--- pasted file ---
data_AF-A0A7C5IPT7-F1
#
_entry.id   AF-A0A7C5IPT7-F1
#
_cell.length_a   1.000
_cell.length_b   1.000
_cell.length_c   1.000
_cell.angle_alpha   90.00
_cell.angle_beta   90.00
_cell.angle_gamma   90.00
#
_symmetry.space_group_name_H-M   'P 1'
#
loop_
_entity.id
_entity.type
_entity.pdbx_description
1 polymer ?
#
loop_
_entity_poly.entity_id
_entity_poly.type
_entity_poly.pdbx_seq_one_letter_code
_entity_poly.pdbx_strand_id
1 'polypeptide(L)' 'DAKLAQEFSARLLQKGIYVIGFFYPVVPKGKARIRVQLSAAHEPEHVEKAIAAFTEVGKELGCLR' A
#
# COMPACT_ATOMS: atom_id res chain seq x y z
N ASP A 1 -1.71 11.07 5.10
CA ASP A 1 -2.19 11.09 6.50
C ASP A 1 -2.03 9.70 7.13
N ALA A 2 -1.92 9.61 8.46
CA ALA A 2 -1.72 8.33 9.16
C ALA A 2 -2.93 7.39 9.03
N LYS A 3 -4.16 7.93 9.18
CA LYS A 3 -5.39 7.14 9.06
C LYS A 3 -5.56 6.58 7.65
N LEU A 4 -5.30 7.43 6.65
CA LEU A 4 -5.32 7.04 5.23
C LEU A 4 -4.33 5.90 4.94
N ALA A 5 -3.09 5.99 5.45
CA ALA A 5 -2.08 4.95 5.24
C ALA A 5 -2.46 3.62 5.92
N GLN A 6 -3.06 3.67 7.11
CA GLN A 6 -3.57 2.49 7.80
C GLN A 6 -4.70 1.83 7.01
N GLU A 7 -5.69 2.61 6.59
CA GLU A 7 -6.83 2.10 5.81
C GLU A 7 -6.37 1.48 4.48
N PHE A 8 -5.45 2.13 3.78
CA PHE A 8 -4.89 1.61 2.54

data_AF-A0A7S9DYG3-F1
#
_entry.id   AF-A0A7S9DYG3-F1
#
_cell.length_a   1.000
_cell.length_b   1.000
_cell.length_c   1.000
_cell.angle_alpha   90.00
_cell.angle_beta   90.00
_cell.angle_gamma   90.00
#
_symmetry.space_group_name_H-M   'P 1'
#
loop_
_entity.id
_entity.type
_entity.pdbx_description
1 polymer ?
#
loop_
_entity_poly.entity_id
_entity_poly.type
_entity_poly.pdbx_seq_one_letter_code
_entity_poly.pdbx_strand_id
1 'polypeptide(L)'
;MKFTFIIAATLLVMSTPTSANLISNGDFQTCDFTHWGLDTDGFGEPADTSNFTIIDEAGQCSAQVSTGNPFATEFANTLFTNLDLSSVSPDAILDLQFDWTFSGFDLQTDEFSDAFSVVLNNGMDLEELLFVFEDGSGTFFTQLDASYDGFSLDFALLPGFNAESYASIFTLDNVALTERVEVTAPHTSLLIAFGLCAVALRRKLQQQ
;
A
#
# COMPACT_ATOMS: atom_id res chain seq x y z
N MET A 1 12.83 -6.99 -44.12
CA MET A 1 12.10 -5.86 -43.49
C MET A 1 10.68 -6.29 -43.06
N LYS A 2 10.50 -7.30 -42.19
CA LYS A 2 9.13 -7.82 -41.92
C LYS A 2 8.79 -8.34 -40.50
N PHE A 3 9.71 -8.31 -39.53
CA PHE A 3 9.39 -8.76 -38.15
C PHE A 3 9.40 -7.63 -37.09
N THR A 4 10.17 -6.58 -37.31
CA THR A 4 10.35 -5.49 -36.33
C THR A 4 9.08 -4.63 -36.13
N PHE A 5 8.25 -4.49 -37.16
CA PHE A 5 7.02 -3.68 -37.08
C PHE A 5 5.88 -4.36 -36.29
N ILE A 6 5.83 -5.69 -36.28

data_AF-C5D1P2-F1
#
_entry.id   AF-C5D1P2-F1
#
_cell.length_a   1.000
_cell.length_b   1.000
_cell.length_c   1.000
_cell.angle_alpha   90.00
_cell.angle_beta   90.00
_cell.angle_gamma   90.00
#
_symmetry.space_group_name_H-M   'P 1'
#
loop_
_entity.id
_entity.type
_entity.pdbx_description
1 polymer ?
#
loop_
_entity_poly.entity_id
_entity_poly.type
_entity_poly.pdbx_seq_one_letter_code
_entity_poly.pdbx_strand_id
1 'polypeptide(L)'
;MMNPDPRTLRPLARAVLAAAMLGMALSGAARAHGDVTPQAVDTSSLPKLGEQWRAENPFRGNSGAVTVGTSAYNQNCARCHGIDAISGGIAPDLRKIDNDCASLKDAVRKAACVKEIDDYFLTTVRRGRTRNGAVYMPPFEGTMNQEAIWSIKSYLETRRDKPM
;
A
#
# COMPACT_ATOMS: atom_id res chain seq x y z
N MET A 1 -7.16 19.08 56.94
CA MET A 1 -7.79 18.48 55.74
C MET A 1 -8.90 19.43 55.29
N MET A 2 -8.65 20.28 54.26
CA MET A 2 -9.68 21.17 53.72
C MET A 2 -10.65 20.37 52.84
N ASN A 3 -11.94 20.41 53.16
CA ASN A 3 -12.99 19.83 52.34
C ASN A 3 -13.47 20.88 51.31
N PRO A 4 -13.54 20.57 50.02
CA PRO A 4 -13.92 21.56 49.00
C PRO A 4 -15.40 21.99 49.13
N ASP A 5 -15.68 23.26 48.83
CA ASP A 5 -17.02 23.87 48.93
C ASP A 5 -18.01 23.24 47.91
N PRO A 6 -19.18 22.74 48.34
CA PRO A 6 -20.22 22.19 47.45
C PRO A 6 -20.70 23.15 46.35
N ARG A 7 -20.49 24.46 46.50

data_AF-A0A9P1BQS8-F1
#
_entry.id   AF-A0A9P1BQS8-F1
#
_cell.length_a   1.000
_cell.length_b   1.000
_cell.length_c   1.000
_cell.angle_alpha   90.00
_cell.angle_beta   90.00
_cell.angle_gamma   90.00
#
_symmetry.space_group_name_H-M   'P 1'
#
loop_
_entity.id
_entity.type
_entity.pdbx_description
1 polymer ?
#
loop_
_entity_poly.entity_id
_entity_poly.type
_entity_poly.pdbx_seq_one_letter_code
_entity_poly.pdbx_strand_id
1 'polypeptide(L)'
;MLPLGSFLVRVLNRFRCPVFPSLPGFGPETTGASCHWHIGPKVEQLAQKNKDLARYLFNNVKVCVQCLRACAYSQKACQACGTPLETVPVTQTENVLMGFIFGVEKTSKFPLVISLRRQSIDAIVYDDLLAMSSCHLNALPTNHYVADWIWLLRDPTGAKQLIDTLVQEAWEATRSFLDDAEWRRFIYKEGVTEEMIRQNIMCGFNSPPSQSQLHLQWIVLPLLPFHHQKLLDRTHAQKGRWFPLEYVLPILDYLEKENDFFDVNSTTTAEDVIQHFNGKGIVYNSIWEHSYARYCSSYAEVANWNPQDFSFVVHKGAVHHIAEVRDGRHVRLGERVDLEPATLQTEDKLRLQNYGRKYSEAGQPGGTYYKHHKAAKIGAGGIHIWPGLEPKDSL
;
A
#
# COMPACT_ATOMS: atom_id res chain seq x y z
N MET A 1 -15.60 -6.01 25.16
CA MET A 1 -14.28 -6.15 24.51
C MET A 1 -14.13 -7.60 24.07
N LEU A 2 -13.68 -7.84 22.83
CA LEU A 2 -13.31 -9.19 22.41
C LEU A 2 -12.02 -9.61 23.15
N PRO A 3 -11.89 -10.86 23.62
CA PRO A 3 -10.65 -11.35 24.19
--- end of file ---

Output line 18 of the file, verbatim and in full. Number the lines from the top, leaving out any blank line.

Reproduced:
1 polymer ?